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What is writer’s burnout?
Burnout is very different from writer’s block. It’s worse. Writer’s burnout is something you feel deep down…bone-deep. It’s just like when athletes burnout from working themselves too hard and too much for too long. They can lose their love of the sport, physically and mentally.
To read my story and the 3 tips I previously shared check out:
Bactine for Writer’s Burnout Part 1 (Speak) Tips 1 - 3
More Tips to Help You START Reversing Writer’s Burnout:
BACTINE #4: Write about yourself.
I know many people hate the rule “write what you know” for how restrictive it is, and I write about things I have to research all the time, but in this case…writing what you know really does help.
When you write about yourself, things you know and have experienced, you don’t have to worry about being vivid or creating good dialogue. You don’t have to worry about hooks, passive voice, slipping tenses, or all the “rules” that are floating around. Just write what you remember. You can add all the details you want, though, including what you saw, smelled, tasted, felt, and all of the emotions you had then, but there’s no pressure to be perfect. And you don’t have to worry about revising what you wrote. This is for you.
To get yourself writing again, don’t push yourself to write your current WIP.
I did this. A lot. And it just made my burnout worse.
Don’t try to write another project.
I did this, too. I would be positive about it for a couple of days and then plummet, which would make me feel even more worse about myself.
Don’t even try to write flash fiction.
It may work for some time, but if you have writer’s burnout, forcing yourself to write flash fiction, especially if you have a goal to write one flash fiction piece a week or a month, it can burn you out even more than before you started.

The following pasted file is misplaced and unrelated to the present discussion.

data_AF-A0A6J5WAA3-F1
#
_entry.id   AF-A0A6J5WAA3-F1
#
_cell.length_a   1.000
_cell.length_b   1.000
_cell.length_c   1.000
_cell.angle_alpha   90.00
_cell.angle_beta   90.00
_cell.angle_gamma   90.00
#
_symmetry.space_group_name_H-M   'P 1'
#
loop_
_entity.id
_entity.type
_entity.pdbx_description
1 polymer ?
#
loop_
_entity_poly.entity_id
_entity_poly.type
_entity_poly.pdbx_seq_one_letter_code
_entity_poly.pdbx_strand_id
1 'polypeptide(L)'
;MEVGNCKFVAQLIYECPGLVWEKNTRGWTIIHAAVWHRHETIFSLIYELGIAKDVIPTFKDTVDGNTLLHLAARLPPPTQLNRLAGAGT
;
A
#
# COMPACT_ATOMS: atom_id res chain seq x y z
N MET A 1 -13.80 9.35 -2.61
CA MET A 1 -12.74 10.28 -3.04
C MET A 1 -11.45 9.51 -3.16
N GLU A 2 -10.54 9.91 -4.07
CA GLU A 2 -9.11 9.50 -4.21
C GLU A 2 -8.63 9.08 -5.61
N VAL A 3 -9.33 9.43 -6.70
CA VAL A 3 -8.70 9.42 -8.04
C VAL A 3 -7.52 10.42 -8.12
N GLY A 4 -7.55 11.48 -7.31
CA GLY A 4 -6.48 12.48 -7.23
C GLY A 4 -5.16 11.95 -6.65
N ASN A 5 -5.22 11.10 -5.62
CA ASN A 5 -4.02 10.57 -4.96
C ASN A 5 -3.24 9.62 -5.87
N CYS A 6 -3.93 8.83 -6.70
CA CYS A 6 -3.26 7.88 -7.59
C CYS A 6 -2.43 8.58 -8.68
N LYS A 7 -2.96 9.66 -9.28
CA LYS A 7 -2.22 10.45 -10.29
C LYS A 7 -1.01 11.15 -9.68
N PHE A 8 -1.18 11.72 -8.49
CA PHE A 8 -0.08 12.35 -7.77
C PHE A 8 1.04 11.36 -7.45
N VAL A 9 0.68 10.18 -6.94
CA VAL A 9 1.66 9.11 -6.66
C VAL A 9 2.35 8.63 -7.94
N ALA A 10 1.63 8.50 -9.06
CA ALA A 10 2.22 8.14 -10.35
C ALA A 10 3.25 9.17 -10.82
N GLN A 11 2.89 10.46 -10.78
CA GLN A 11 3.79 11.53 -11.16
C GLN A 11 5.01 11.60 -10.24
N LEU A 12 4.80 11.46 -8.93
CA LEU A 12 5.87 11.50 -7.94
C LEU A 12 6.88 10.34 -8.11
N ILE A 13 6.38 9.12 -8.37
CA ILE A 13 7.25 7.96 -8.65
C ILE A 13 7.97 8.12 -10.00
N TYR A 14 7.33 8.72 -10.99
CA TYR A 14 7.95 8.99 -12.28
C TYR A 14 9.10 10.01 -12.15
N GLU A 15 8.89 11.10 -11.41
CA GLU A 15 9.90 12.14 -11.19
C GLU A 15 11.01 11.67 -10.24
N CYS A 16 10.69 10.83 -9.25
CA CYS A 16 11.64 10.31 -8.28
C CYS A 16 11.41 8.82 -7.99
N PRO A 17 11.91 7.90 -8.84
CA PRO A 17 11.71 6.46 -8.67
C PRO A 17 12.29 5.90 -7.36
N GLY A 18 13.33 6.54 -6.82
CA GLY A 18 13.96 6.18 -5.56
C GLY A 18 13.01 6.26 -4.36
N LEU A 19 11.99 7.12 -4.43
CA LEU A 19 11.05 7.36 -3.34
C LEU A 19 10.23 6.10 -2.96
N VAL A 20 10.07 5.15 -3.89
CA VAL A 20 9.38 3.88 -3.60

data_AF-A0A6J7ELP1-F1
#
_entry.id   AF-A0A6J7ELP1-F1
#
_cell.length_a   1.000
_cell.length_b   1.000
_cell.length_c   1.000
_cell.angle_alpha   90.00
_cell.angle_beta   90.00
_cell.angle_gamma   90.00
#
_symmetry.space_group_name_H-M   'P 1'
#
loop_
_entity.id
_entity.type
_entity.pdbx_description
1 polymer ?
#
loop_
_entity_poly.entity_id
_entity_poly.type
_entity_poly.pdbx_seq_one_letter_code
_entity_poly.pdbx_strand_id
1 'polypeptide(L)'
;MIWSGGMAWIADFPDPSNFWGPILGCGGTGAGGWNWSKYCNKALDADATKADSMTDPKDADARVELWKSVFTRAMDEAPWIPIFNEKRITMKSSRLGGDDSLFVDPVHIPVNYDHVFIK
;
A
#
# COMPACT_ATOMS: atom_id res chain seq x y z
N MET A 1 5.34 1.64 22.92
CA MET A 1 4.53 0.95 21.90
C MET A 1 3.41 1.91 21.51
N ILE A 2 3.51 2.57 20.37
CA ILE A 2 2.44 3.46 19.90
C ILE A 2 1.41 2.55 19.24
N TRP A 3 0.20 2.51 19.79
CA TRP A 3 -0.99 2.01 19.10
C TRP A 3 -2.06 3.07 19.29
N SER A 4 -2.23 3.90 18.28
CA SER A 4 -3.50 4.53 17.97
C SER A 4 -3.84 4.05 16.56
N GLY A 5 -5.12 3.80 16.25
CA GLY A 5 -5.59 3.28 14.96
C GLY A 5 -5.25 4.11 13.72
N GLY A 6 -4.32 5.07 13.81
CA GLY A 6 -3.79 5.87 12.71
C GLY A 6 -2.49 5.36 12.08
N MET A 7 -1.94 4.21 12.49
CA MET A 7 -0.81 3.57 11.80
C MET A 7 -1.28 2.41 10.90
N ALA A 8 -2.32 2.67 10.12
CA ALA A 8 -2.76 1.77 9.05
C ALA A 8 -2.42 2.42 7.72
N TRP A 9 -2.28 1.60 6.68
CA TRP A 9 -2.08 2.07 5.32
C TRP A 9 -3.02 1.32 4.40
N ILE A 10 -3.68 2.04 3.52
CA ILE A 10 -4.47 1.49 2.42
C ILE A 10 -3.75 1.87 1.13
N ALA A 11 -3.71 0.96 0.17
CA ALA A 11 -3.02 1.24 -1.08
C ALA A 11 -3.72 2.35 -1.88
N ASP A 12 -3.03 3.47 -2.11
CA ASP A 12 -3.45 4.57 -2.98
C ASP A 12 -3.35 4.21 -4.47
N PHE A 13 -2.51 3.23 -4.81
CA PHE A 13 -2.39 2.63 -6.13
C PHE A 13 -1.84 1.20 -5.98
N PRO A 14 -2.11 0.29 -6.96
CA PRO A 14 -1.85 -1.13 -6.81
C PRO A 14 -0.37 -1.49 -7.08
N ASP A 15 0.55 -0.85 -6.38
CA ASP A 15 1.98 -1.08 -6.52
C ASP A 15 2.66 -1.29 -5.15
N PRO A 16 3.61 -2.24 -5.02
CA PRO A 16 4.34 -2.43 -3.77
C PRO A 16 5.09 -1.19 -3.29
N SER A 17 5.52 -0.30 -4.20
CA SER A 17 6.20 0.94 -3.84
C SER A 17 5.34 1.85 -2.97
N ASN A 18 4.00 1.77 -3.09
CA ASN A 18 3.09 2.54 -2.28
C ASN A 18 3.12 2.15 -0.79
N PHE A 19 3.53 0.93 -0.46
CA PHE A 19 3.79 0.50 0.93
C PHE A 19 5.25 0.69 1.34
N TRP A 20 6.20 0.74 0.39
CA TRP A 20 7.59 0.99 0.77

Start with YOU.
After I shared my truth and my struggle on Facebook (see Part 1), I started to write about me. Young me. Elementary school, middle school, and high school me. It was cathartic and revealing. I wrote about being bullied by my siblings and by other kids in school. I wrote about growing into a little woman. I got to explore lessons I learned and my hardships and how things from my past have shaped me.
I wrote these memories into essay form. Some were a single page. Others were a few pages long. Length doesn’t matter as long as you write.
BACTINE #5: Write essays or journal entries. There’s no pressure with this simple format as there is to write a novel or short story.
- Memories. Those memories that pop into your head at random about your childhood, school life, or work life. Things that you have maybe even said you should write down for yourself or your children or grandchildren.
- Lessons. What were some tough lessons you learned as a child, teen, young adult, man, woman, parent?
- Experiences. What are things you’ve done?
- Thoughts. What do you think?
- Your writing journey. Start from the beginning and write about your hopes, dreams, and struggles all the way to where you are now. Yes, even write about your burnout, your struggle, and how much it sucks.
BACTINE #6: Create a meaty list of topics/memories you can write about and work your way down the list one essay at a time. No pressure.
I had a list, and when I would write one essay on a similar topic/memory, I would then want to write another. This is how I wrote 7 essays on my first attempt to reverse my burnout.
BACTINE #7: If possible, write at least one memory a day. Remember, the length doesn’t matter. Just write what you remember.
BACTINE #8: And, again…reward yourself. Always.
More Bactine posts for Writer’s Burnout coming soon!
QUESTIONS: Have you ever written down your childhood memories? Or wanted to?